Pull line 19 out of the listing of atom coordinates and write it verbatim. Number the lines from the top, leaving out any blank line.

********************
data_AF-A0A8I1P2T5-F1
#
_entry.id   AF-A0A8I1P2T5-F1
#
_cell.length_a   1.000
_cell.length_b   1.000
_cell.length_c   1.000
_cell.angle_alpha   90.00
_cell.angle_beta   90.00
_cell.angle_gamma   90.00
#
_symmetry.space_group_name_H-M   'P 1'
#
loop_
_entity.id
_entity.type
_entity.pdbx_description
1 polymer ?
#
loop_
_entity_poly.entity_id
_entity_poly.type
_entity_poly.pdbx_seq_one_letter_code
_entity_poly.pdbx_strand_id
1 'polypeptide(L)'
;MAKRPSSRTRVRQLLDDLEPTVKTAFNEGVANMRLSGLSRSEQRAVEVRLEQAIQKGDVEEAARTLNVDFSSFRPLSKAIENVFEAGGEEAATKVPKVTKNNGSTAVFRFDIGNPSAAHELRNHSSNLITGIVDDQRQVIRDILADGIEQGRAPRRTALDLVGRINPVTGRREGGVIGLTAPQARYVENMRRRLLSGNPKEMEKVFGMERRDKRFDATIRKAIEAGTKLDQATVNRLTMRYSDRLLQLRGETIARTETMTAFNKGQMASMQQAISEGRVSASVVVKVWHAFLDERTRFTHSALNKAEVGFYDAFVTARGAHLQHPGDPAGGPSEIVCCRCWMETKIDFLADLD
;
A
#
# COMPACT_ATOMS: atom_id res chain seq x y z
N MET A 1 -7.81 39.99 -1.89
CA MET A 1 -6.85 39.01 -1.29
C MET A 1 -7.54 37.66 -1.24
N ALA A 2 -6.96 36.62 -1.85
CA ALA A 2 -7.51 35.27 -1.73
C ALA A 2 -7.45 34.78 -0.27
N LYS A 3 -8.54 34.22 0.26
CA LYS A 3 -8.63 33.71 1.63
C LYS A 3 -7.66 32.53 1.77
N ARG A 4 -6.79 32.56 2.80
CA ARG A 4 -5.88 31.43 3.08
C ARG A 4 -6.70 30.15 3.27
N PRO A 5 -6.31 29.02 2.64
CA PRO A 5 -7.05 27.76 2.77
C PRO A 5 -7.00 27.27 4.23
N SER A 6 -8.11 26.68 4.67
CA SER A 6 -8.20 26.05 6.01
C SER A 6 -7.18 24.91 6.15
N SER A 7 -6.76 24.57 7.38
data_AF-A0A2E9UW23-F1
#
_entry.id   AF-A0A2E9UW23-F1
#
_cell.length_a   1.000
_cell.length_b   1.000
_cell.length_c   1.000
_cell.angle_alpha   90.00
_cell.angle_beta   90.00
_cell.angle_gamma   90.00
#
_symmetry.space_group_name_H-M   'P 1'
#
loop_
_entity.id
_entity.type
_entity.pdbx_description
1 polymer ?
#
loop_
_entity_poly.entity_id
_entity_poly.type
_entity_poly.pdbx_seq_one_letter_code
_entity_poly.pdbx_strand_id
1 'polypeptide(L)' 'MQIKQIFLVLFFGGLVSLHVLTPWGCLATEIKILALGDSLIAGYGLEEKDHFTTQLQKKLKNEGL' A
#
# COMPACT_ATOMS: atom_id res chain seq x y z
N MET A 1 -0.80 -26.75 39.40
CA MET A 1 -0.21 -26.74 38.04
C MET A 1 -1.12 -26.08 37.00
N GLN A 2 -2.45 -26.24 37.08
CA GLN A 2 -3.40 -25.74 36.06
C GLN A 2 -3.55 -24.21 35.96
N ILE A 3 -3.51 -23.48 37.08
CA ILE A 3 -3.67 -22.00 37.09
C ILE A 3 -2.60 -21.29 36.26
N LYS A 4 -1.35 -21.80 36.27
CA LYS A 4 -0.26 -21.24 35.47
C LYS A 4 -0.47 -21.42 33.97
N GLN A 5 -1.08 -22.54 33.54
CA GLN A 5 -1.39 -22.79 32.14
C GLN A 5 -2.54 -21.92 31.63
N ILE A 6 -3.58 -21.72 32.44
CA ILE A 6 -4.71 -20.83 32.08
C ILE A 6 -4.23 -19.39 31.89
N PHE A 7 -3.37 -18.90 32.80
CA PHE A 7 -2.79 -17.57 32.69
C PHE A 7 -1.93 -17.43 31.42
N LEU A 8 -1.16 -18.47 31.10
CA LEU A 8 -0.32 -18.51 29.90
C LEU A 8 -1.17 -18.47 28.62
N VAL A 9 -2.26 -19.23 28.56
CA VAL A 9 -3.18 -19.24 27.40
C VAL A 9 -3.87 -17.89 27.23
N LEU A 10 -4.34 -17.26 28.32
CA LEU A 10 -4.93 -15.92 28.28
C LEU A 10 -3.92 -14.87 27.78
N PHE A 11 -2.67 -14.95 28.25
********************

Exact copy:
#